Author Contributions

Xueting Jin and Huiping Liu conceived and designed the experiments; Xueting Jin and Jinzhou Zhang performed the experiments; Xueting Jin and Yu Li analyzed the data; Xueting Jin, Jinzhou Zhang and Ji Zheng wrote the paper.

Conflicts of Interest

The authors declare no conflict of interest.


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Figure 1. The sample points in the Xidan commercial zone.
Figure 1. The sample points in the Xidan commercial zone.
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Figure 2. The sample points in The Place mixed-use zone.
Figure 2. The sample points in The Place mixed-use zone.
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Figure 3. The model of the light intensity distribution in the Beijing Xidan commercial zone (sight direction: southeast).
Figure 3. The model of the light intensity distribution in the Beijing Xidan commercial zone (sight direction: southeast).
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Figure 4. The model of the light intensity distribution in the Beijing Wangfujing commercial zone (sight direction: south).
Figure 4. The model of the light intensity distribution in the Beijing Wangfujing commercial zone (sight direction: south).
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Figure 5. The model of the light intensity distribution in the Beijing Zhongguancun commercial zone (sight direction: southeast).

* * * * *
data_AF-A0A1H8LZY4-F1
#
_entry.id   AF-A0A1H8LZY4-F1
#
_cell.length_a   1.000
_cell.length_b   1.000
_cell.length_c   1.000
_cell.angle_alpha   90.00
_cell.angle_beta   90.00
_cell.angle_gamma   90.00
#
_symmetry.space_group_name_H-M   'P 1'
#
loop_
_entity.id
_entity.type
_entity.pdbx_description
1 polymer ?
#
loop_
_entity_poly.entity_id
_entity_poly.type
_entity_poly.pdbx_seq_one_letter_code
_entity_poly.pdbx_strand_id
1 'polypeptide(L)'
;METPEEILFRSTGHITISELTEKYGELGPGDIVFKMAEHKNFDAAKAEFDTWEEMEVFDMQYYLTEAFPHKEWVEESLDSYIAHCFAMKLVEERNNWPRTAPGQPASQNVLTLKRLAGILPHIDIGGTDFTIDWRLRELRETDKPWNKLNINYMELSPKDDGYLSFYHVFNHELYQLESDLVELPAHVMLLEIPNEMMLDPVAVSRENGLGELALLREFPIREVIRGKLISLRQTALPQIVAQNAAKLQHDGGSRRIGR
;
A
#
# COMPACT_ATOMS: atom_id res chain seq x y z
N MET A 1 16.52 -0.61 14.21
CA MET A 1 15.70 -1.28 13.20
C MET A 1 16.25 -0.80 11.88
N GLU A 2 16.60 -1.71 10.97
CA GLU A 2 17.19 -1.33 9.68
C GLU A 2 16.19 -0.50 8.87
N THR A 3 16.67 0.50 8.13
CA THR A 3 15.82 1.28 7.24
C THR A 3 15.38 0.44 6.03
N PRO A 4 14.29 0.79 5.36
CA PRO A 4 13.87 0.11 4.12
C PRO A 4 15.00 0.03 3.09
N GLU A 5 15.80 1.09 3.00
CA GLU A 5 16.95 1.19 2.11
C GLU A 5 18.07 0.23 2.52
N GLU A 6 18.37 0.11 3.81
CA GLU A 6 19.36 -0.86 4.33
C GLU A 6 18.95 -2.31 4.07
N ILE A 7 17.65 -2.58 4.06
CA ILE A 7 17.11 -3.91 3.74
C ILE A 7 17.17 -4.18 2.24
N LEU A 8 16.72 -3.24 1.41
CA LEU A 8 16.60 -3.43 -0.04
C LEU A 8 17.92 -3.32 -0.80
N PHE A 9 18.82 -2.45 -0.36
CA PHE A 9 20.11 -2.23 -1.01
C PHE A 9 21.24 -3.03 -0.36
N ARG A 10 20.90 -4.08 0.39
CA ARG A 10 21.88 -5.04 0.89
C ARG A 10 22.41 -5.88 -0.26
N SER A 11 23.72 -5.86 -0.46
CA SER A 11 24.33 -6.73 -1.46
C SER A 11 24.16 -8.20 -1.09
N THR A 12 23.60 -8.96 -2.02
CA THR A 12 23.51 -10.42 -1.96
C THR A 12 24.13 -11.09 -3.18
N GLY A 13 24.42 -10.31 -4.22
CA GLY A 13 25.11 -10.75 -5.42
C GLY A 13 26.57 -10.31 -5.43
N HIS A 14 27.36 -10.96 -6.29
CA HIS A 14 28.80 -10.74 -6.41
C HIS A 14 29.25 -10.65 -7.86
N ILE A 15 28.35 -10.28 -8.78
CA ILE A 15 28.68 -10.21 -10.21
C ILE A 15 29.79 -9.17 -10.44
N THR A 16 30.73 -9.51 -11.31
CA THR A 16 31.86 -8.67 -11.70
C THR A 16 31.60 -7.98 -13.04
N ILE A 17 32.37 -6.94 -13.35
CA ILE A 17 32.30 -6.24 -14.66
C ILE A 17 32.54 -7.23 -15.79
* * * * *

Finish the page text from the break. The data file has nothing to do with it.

Figure 5. The model of the light intensity distribution in the Beijing Zhongguancun commercial zone (sight direction: southeast).
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Figure 6. The model of the light intensity distribution in the mixed-use zone (sight direction: northwest).
Figure 6. The model of the light intensity distribution in the mixed-use zone (sight direction: northwest).
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Figure 7. Light intensity distribution at a 1.5-m height.
Figure 7. Light intensity distribution at a 1.5-m height.
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Figure 8. Light intensity distribution at a 3-m height.
Figure 8. Light intensity distribution at a 3-m height.
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Figure 9. Light illumination of the first floor residence in the Dongdaqiao Community.
Figure 9. Light illumination of the first floor residence in the Dongdaqiao Community.
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Table 1. Light intensity at every sample point in the Xidan commercial zone.
Table 1. Light intensity at every sample point in the Xidan commercial zone.
IDLight Intensity/LuxIDLight Intensity/LuxIDLight Intensity/Lux
Table 2. Interpolation precision test results. Sig., significance.
Table 2. Interpolation precision test results. Sig., significance.
ModelRR-SquareAdjusted R-SquareSig. F